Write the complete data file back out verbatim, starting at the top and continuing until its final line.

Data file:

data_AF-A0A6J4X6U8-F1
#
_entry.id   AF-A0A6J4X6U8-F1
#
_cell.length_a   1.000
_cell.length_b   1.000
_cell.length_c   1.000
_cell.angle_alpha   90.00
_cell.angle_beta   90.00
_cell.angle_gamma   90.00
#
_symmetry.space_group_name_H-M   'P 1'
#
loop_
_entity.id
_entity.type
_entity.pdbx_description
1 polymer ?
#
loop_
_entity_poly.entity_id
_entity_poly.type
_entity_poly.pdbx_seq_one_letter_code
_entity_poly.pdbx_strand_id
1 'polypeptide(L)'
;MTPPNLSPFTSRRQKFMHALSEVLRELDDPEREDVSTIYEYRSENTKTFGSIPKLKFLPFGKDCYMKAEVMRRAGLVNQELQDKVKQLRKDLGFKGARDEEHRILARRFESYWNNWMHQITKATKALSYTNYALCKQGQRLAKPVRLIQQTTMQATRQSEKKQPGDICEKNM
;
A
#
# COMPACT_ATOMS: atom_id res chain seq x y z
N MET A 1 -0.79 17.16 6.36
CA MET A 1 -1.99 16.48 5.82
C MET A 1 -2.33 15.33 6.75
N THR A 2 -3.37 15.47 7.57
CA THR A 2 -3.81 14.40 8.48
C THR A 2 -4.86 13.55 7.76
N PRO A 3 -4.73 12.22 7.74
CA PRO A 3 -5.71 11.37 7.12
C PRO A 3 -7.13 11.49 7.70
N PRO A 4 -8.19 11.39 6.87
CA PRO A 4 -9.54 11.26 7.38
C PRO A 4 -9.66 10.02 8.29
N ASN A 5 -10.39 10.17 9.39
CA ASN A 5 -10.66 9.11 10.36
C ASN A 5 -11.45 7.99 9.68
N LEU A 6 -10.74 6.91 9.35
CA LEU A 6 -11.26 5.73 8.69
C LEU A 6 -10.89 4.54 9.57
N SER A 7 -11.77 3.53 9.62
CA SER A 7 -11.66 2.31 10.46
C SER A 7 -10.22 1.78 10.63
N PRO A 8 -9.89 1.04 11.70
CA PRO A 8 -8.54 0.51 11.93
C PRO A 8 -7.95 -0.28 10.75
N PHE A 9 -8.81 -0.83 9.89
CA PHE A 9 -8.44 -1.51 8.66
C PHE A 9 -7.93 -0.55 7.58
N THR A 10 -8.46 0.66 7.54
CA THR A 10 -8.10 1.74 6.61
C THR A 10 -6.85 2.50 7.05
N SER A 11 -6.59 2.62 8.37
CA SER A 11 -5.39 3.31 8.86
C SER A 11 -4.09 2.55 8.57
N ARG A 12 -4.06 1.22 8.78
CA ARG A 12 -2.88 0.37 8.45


data_AF-A0A6J4X6U8-F1
#
_entry.id   AF-A0A6J4X6U8-F1
#
_cell.length_a   1.000
_cell.length_b   1.000
_cell.length_c   1.000
_cell.angle_alpha   90.00
_cell.angle_beta   90.00
_cell.angle_gamma   90.00
#
_symmetry.space_group_name_H-M   'P 1'
#
loop_
_entity.id
_entity.type
_entity.pdbx_description
1 polymer ?
#
loop_
_entity_poly.entity_id
_entity_poly.type
_entity_poly.pdbx_seq_one_letter_code
_entity_poly.pdbx_strand_id
1 'polypeptide(L)'
;MTPPNLSPFTSRRQKFMHALSEVLRELDDPEREDVSTIYEYRSENTKTFGSIPKLKFLPFGKDCYMKAEVMRRAGLVNQELQDKVKQLRKDLGFKGARDEEHRILARRFESYWNNWMHQITKATKALSYTNYALCKQGQRLAKPVRLIQQTTMQATRQSEKKQPGDICEKNM
;
A
#
# COMPACT_ATOMS: atom_id res chain seq x y z
N MET A 1 -0.79 17.16 6.36
CA MET A 1 -1.99 16.48 5.82
C MET A 1 -2.33 15.33 6.75
N THR A 2 -3.37 15.47 7.57
CA THR A 2 -3.81 14.40 8.48
C THR A 2 -4.86 13.55 7.76
N PRO A 3 -4.73 12.22 7.74
CA PRO A 3 -5.71 11.37 7.12
C PRO A 3 -7.13 11.49 7.70
N PRO A 4 -8.19 11.39 6.87
CA PRO A 4 -9.54 11.26 7.38
C PRO A 4 -9.66 10.02 8.29
N ASN A 5 -10.39 10.17 9.39
CA ASN A 5 -10.66 9.11 10.36
C ASN A 5 -11.45 7.99 9.68
N LEU A 6 -10.74 6.91 9.35
CA LEU A 6 -11.26 5.73 8.69
C LEU A 6 -10.89 4.54 9.57
N SER A 7 -11.77 3.53 9.62
CA SER A 7 -11.66 2.31 10.46
C SER A 7 -10.22 1.78 10.63
N PRO A 8 -9.89 1.04 11.70
CA PRO A 8 -8.54 0.51 11.93
C PRO A 8 -7.95 -0.28 10.75
N PHE A 9 -8.81 -0.83 9.89
CA PHE A 9 -8.44 -1.51 8.66
C PHE A 9 -7.93 -0.55 7.58
N THR A 10 -8.46 0.66 7.54
CA THR A 10 -8.10 1.74 6.61
C THR A 10 -6.85 2.50 7.05
N SER A 11 -6.59 2.62 8.37
CA SER A 11 -5.39 3.31 8.86
C SER A 11 -4.09 2.55 8.57
N ARG A 12 -4.06 1.22 8.78
CA ARG A 12 -2.88 0.37 8.45